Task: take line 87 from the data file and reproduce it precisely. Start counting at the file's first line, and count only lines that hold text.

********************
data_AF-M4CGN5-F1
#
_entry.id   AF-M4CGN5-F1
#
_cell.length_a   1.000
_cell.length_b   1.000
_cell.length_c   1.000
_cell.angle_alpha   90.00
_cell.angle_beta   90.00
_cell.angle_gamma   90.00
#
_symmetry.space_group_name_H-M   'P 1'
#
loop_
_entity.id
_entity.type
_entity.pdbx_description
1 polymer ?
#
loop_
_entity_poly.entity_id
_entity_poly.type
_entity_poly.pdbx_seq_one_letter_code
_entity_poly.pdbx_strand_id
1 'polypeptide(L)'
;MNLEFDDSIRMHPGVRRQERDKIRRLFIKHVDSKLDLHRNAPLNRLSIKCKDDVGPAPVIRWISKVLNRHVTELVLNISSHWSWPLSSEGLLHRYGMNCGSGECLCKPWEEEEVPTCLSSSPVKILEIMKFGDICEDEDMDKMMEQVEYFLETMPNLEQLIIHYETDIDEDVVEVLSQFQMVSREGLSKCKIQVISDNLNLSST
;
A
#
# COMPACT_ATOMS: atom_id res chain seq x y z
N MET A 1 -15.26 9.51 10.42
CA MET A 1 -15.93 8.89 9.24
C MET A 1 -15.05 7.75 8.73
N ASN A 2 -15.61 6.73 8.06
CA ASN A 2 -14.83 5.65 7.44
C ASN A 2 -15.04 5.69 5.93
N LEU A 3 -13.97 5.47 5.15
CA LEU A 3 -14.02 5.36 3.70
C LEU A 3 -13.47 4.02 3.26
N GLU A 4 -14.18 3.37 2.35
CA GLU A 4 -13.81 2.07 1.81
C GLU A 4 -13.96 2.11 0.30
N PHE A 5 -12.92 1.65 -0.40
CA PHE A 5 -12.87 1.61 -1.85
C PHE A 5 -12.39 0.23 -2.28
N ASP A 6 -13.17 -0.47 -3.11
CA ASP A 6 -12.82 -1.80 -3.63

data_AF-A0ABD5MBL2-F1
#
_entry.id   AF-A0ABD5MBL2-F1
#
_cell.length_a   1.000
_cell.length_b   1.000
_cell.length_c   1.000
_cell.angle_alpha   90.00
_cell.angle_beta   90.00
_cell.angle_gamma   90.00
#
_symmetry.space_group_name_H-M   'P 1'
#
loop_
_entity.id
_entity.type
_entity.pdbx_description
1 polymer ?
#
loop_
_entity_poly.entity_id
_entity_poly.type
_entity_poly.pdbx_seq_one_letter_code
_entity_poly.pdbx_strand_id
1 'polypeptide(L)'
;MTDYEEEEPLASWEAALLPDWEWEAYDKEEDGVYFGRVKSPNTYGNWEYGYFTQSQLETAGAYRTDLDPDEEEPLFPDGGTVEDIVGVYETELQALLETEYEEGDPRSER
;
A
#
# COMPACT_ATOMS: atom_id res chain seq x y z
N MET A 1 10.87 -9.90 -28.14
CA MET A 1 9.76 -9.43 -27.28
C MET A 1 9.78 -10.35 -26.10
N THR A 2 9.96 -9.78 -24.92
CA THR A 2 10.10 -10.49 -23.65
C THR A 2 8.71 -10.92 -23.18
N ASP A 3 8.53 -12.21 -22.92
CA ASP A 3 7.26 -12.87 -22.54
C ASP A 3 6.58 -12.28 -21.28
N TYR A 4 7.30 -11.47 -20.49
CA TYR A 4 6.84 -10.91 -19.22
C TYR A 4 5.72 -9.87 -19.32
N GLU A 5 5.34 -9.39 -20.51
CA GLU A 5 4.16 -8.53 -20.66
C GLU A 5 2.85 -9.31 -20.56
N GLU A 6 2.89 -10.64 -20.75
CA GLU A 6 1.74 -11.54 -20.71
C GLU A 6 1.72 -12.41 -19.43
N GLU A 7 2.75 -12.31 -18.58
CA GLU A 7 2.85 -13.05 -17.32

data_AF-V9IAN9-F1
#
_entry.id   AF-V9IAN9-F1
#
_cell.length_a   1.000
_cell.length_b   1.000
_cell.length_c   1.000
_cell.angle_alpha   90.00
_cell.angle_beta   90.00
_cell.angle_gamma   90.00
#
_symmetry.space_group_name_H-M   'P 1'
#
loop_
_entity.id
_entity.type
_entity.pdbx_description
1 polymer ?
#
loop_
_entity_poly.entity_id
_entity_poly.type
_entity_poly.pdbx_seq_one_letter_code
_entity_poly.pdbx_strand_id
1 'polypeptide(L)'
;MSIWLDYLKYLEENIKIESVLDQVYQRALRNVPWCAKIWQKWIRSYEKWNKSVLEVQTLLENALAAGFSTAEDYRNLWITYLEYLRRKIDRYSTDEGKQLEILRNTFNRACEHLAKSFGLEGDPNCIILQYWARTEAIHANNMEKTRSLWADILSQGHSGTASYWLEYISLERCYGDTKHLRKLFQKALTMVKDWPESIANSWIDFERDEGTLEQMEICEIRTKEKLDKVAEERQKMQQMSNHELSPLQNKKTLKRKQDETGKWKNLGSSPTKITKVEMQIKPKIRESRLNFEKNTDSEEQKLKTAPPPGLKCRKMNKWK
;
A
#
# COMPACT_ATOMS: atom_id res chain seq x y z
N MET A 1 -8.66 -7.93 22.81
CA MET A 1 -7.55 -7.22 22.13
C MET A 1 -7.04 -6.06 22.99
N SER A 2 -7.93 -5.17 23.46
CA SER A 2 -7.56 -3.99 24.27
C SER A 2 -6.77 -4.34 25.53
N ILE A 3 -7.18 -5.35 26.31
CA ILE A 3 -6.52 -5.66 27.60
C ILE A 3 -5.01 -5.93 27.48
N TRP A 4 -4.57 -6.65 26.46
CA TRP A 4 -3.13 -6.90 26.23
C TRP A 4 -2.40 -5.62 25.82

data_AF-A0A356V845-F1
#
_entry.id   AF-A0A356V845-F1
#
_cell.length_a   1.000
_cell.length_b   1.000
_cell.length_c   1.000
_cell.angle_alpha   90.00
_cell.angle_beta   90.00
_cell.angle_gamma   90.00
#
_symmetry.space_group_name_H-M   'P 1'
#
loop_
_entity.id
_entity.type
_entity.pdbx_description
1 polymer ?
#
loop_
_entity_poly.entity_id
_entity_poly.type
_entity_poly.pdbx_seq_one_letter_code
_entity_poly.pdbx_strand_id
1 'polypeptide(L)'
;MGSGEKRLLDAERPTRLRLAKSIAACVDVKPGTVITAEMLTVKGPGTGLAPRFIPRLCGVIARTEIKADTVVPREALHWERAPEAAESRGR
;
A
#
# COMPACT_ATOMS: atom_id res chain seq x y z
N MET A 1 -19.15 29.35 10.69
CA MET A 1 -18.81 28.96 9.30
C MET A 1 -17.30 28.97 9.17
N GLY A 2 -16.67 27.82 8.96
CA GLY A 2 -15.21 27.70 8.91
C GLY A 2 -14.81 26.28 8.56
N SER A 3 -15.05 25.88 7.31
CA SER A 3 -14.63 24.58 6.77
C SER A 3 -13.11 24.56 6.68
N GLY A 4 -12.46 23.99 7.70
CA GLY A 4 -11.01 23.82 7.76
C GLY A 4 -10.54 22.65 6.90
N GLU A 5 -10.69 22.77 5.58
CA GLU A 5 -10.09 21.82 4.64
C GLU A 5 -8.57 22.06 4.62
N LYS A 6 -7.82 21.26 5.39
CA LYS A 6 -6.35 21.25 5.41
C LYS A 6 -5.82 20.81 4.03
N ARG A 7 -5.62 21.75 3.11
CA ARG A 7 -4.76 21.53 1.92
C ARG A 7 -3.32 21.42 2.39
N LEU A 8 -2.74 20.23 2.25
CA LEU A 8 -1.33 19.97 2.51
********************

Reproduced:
N TYR A 4 7.30 -11.47 -20.49